Most of the time, physical actions of abuse are apparent. If somebody witnesses sexual abuse, burning of a child, or choking, they will typically report it and you will be charged with a crime. But what happens when the line is not so clear and you are accused of abuse when you know you haven’t committed the crime? The truth is, sometimes these lines are blurred because different families will have different opinions about what is abuse and what isn’t – you may believe that spanking works well as a punishment, while others believe that it is abuse. Most states do not have laws against spanking; however, they will rely on child abuse statutes to make or drop a case against you.
Statutes on Child Abuse
All states have statutes that define child abuse. If you are accused of abuse, the judge or jury will keep these statutes in mind as they decide whether or not the actions you took against the child were abuse or not. Something known as the Child Abuse Prevention and Treatment Act works to provide standards that determine child abuse, which are actions that result in death, serious physical or emotional harm, sexual abuse, or exploitation. You have the right to exercise control over your child, within reason. Because of this, you could use the Parental Discipline Privilege as a defense in your case, which could keep you out of serious charges.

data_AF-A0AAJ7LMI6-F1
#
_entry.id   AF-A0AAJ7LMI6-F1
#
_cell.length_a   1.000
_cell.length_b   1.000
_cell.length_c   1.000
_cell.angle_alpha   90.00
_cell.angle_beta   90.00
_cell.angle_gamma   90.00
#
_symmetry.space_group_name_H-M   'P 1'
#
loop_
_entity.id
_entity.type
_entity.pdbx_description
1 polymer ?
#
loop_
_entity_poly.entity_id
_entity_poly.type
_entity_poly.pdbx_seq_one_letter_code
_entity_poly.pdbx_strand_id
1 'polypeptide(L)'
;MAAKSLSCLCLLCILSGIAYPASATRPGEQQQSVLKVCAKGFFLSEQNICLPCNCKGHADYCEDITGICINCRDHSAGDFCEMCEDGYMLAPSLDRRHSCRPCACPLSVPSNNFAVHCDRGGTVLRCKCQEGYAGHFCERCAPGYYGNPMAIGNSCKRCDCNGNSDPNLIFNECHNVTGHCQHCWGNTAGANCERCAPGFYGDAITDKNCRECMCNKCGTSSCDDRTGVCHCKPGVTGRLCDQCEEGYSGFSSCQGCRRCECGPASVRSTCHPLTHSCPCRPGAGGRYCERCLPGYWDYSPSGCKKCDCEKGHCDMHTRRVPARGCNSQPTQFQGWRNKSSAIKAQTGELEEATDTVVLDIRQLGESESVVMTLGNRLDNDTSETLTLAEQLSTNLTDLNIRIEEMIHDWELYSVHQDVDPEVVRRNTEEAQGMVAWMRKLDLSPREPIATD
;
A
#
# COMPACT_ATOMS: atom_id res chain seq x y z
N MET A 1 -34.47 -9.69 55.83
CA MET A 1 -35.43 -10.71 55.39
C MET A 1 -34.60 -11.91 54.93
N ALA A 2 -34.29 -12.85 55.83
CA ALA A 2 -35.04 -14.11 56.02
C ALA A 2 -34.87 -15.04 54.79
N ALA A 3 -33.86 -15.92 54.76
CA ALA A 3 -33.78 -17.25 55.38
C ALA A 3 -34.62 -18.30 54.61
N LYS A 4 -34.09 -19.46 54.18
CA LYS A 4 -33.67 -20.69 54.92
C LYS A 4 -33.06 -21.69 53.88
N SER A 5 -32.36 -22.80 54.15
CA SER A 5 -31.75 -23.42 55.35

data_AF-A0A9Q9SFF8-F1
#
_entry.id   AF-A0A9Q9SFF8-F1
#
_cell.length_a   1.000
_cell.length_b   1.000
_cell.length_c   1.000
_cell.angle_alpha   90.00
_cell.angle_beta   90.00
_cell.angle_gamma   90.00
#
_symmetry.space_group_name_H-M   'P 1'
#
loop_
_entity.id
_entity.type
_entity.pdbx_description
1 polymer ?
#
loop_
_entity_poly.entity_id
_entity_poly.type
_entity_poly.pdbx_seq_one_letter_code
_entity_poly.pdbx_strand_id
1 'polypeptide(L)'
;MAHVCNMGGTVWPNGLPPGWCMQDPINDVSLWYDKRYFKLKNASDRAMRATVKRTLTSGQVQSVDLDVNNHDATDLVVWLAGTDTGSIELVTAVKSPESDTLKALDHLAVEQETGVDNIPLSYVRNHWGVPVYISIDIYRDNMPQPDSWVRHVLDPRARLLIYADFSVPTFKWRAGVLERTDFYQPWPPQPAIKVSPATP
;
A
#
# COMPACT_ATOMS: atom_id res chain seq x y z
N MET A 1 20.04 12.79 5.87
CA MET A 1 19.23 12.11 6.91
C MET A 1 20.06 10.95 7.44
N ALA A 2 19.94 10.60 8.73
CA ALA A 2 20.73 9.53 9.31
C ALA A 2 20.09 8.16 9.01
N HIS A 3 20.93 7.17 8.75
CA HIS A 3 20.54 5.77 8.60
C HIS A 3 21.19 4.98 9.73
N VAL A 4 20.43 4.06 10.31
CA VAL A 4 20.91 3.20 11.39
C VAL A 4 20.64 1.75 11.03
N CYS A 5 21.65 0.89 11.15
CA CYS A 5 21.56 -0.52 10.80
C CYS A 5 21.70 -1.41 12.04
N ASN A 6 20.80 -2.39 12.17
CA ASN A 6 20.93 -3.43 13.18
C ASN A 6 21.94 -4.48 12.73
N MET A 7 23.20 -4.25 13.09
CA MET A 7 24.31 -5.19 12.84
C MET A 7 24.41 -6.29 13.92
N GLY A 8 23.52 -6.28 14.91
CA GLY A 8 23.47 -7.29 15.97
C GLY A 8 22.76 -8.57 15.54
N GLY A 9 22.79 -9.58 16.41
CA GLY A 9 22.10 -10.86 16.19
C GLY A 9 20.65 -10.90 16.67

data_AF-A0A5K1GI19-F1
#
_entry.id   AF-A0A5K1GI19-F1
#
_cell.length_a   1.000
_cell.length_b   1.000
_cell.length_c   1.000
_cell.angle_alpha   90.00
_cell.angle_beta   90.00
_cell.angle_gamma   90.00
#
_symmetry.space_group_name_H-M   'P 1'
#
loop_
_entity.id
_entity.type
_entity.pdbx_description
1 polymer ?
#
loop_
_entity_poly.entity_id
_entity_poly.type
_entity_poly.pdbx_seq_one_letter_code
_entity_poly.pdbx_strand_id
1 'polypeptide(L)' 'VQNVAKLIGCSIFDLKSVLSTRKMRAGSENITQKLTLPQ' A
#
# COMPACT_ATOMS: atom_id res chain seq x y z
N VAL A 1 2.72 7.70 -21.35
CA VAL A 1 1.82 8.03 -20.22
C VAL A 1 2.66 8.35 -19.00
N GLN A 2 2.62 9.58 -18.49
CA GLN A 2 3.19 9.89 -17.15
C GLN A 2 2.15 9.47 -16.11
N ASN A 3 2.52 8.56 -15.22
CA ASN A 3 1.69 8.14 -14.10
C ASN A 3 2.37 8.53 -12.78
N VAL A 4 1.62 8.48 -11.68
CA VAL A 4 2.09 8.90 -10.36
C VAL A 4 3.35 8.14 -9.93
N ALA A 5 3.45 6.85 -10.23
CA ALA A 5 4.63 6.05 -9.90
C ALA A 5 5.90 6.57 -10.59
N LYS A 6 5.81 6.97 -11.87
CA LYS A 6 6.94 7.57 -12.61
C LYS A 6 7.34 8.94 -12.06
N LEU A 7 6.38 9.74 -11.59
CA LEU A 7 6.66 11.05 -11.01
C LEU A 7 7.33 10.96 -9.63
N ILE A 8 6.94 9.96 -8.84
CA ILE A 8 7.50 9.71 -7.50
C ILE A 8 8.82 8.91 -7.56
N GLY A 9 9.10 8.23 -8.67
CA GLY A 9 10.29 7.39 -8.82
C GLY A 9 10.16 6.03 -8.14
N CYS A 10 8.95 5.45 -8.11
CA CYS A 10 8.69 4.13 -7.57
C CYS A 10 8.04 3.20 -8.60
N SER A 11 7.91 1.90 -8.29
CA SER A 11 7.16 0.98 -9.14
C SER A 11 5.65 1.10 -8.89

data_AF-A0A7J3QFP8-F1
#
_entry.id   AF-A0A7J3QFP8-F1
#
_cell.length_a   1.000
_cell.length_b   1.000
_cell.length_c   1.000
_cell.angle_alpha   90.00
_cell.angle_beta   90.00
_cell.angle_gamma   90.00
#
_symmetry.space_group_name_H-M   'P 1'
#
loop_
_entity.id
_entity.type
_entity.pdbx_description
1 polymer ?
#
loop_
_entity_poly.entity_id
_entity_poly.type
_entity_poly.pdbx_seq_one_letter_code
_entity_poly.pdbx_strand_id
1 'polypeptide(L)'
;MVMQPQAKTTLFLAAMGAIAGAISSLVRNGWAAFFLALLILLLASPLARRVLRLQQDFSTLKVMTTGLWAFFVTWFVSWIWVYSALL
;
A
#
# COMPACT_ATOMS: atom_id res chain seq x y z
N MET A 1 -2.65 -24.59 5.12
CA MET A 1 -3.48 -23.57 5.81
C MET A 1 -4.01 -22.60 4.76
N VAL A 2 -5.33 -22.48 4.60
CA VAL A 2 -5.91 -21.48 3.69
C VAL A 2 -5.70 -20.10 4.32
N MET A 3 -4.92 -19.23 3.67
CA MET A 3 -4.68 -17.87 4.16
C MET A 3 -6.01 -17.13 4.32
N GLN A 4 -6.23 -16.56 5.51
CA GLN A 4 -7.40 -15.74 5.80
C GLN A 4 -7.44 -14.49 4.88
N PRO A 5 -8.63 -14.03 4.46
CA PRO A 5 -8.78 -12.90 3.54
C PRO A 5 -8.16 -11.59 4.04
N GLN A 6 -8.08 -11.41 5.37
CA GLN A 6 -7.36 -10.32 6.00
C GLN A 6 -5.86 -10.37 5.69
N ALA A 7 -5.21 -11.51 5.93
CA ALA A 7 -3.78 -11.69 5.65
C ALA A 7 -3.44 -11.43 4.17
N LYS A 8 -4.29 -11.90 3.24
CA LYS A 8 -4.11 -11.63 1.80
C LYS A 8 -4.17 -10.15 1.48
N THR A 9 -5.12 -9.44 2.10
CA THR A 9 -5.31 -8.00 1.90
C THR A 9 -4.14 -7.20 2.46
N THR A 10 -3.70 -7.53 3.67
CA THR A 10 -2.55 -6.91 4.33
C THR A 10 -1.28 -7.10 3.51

How Your Defense Works
The courts will try to make a case against you by trying to prove, beyond a reasonable doubt, that the force you used went against your rights as a parent and constituted abuse. If they are unable to prove this, then you are not guilty. If you did not put the child’s safety and health at risk, you cannot be found guilty of this crime. Being accused of abuse is extremely serious and you may be feeling remorse or stress if you are being accused of a heinous crime from simply disciplining your child. Call us today for more information on how we can help you. At The Law Office of Peter Blair, we want to see you succeed in your case.